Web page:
The euro plummeted against the dollar after a catastrophic independence referendum in Spain and as higher US Treasury yields pushed the dollar up the board.
The euro slipped 0.6 percent to $1.1741, which is close to its lowest level starting mid-August. Meanwhile, the currency fell to its weakest in three weeks against the Swiss franc at 1.1407 francs per euro.
“The reaction on the euro is very limited because it is not seen as a general euro zone problem—it’s a hiccup,” said Antje Praefcke, who is a Commerzbank currency strategist in Frankfurt.
Against the British pound, the euro similarly slipped to £0.8805 from Friday’s £0.7463.
Stronger Dollar and Yen
Meanwhile, the dollar was buffed up as the US dollar index, which tracks the greenback against a basket of six other currencies, rose 0.6 percent to 93.588. The WSJ dollar index, which is similar to the US dollar index except it measures the buck against sixteen other currencies, surged 0.5 percent to 86.70.
The dollar exhibited its strongest weekly performance of 2017 last week, pushed by a revival of the “Trumpflation trade.” The expectation that Trump would deliver the stalled tax reform plan and the anticipation of an interest rate hike by the US Federal Reserve fueled this revival.
The dollar also rose against the yen, ascending 0.3 percent to ¥112.84. Big Japanese manufacturers exhibited the most positive business outlook, which is considered a sign of the country’s recovering economy. This is then attributed to robust global demands.
According to reports, the yen’s upsurge could be used for Shinzo Abe’s attempt to convince voters in an October 22 election that his “Abenomics” had helped improve their livelihoods.
The Catalonia Clash
Investors have watchfully followed the violent independent vote in the Catalonia region of Spain. Hundreds were injured after the police used batons and rubber bullets in an attempt to stop Sunday’s voting.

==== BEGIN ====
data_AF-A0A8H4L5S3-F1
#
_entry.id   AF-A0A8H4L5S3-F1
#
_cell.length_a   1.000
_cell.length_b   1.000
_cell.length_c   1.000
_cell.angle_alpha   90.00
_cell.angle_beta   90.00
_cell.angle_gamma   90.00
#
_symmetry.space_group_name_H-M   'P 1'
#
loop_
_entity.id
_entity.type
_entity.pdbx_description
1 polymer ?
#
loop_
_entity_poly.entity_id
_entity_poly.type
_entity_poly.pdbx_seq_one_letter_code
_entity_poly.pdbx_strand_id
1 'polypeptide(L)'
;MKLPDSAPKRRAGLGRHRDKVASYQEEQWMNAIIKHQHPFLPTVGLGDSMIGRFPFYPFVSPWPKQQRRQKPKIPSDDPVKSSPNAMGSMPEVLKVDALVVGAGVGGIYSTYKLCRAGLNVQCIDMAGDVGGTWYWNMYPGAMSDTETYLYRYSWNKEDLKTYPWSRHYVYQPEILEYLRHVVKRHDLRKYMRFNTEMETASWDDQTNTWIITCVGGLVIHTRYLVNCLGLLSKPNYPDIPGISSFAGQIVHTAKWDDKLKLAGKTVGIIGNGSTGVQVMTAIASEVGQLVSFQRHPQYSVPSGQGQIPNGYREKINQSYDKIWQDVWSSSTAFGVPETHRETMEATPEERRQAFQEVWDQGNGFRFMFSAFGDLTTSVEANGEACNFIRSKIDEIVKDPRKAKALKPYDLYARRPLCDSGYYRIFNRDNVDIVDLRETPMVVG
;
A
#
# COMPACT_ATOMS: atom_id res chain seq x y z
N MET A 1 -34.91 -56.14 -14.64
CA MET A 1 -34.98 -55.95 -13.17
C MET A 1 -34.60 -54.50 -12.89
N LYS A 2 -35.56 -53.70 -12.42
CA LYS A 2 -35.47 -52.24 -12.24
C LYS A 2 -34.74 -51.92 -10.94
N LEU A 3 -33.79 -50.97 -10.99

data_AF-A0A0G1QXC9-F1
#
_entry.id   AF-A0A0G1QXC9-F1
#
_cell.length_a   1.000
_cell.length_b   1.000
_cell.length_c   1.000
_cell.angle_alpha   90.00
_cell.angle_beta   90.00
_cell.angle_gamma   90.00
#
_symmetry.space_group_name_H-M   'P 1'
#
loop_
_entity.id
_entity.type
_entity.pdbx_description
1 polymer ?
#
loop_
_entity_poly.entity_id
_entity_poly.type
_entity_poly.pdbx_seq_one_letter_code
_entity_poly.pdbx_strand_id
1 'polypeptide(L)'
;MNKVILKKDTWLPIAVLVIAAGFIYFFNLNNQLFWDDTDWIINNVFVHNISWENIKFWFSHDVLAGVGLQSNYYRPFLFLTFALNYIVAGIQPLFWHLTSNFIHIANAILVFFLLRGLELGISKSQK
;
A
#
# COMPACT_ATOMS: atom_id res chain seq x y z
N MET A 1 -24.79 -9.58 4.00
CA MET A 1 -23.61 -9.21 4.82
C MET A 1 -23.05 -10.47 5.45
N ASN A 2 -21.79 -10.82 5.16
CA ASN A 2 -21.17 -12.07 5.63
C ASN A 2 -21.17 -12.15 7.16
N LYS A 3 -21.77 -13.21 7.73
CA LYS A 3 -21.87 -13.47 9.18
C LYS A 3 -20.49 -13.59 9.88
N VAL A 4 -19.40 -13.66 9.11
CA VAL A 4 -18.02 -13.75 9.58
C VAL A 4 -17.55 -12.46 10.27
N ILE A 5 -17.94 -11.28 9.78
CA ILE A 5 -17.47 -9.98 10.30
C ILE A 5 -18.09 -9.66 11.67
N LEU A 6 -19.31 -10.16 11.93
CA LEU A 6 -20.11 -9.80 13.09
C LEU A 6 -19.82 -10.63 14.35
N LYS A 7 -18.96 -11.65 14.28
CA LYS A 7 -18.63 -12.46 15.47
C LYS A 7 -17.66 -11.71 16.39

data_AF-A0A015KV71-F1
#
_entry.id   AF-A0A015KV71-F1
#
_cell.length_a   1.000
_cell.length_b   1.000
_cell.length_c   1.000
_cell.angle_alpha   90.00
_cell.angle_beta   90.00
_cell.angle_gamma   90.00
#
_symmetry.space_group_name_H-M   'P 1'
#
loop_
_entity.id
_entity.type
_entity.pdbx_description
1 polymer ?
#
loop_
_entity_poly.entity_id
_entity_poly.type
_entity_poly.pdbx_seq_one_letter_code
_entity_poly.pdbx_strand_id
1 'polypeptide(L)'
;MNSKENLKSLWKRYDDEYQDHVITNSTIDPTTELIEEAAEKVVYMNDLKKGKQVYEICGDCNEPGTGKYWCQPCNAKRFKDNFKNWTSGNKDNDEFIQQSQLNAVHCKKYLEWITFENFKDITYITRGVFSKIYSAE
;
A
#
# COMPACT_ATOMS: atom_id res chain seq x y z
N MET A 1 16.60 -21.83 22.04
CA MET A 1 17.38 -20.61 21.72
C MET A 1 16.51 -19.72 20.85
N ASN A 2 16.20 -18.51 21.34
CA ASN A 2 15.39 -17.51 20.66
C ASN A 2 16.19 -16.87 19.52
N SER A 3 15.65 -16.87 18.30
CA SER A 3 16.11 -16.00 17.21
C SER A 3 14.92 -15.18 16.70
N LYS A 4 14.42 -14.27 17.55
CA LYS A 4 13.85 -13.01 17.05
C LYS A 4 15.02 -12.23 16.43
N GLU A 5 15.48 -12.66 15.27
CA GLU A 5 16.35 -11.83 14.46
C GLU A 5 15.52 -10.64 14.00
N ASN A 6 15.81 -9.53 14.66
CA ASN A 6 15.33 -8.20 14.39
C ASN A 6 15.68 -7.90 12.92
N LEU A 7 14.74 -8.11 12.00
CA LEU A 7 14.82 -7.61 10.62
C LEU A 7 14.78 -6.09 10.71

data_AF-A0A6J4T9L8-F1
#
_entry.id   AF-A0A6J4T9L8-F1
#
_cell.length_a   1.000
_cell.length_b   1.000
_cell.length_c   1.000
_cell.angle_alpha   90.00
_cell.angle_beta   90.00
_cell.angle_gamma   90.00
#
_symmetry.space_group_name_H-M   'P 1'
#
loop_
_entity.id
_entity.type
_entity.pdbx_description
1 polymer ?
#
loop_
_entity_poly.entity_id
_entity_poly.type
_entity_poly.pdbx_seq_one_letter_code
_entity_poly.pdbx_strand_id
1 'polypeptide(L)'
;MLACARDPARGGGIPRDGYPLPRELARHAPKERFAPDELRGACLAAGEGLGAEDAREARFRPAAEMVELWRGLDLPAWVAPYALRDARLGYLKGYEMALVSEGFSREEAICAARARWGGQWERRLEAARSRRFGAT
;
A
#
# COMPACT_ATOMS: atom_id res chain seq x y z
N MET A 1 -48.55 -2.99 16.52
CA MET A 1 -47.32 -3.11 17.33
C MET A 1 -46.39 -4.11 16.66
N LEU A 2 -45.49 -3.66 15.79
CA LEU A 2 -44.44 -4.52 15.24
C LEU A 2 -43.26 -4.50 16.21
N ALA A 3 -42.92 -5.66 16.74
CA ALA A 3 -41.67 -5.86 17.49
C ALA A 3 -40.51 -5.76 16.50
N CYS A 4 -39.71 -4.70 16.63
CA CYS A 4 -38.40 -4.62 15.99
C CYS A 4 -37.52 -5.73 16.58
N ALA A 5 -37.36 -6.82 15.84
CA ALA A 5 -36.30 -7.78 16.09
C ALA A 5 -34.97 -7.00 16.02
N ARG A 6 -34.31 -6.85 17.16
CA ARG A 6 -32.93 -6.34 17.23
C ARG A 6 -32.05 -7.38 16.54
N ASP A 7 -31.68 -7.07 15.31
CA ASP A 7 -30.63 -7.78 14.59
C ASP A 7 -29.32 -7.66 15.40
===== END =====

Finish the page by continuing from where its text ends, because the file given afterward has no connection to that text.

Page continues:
The Catalonia clash resulted to injuries to around 800 voters who attempted to cast ballots, even though the central government has declared the voting as illegal. However, the leaders of the region stated that the referendum results were overwhelmingly in favor of Catalonia’s independence. They claimed that 90 percent of the 2.09 million votes were in favor of the proposed split. Since the majority of the Catalan parliament is dominated by separatists, a declaration of independence could be declared in a matter of days.
Consequently, investors are watching carefully albeit nervously to get a heads up if the situation would be buffed up into a bigger crisis for the eurozone.
“There’s a high chance that Spain may be headed towards a new crisis, especially if Catalonia’s President, Carles Puigdemont, declares independence as he has promised to do in the next 48 hours. This will lead to more violence and probably an intervention from EU leaders, who will come under pressure to take action,” said Hussein Sayed, who is a chief market strategist at FXTM.
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